The Reticulator:…I boycott McDonalds french fries because of the business and environmental practices involved in growing the potatoes. So it’s not that I’m against boycotts.

    I gather that you’re a Canadian. McDonald’s, I have been led to believe (by potato farmers who should know) buys their potatoes in Canada from growers in Prince Edward Island.

    Granted, I only worked there for a couple of years, and haven’t been to PEI since 2010–but I still keep up with the Guardian (“Covers Prince Edward Island Like the Dew”). Potato farmers on PEI are, AFAIK, uniformly prosperous (lobstermen wish they farmed potatoes); I’m not aware of any kind of environmental issues at all.

    Am I just missing something? Or are your business/environmental concerns about someplace other than Canada?

    • #7
    • June 8, 2015, at 10:24 AM PST
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  8. The Reticulator Member

    John Murdoch:The Reticulator:

    Potato farmers on PEI are, AFAIK, uniformly prosperous (lobstermen wish they farmed potatoes); I’m not aware of any kind of environmental issues at all.

    Am I just missing something? Or are your business/environmental concerns about someplace other than Canada?

    These potatoes are grown in Minnesota. I find it interesting that you refer to potato farmers, plural, because in Minnesota the growing and initial processing is all handled by a single megacorporation that (I am told) has properties on at least two continents. Its environmental practices are improving. But you can hardly grow potatoes without insecticides, and it’s pretty hard to do that without insecticide drift. There are also problems with excess nitrogen fertilizer ending up in the water supplies of communities, which is causing them to increase taxes and water fees to get new, uncontaminated water sources. That is a problem with more than just potatoes. The concentrated political clout of a single, huge grower is a problem, though.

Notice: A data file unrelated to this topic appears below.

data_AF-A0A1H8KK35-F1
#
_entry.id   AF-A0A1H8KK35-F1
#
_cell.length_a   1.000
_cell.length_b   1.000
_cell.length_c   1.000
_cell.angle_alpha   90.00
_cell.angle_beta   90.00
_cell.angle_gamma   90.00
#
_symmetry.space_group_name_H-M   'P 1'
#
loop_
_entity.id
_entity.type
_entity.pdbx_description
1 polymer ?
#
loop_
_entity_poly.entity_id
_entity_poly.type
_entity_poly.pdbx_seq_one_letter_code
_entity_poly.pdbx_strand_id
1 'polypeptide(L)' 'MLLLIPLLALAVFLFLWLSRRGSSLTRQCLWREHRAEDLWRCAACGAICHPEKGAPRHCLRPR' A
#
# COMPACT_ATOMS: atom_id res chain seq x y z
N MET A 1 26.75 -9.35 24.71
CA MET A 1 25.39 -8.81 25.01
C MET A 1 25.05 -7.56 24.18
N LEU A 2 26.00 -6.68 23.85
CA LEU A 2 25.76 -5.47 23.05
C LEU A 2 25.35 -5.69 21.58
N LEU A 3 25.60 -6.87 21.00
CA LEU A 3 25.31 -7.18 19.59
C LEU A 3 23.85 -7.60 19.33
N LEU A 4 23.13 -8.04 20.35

One sister of mine has health problems because of the pesticides; another says, yes, but look at all the jobs that have been brought to the region. I have points of support and disagreement with each.

    It sounds like PEI would make an interesting point of comparison for what’s happening in Minnesota, starting with the fact that local farmers haven’t all been bought out by a single megacorporation.

    • #8
    • June 8, 2015, at 2:00 PM PST
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  9. Nick Stuart Inactive

    There are only two ways to move commercial quantities of crude oil overland: rail and pipeline.

    Until someone figures out how to power our cars, move freight, heat homes, produce plastics, and generally fuel our comfy first world lifestyle by magic, those are the options.

    BTW, pipelines have a much better safety record than rail:

    http://www.manhattan-institute.org/html/ib_23.htm

    • #9
    • June 8, 2015, at 4:42 PM PST
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  10. CuriousKevmo Member

    Nick Stuart:There are only two ways to move commercial quantities of crude oil overland: rail and pipeline.

    Until someone figures out how to power our cars, move freight, heat homes, produce plastics, and generally fuel our comfy first world lifestyle by magic, those are the options.

    BTW, pipelines have a much better safety record than rail:

    http://www.manhattan-institute.org/html/ib_23.htm

    Well, my kid (23) would argue that there is one another option. Get rid of the cars and the freight, buy a blanket and plastics are evil. In other words, abandon the first comfy first world lifestyle.

    I then chastise him for having sent that message from his phone while driving his car.

    • #10
    • June 9, 2015, at 11:46 AM PST
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  11. Miffed White Male Member

    CuriousKevmo: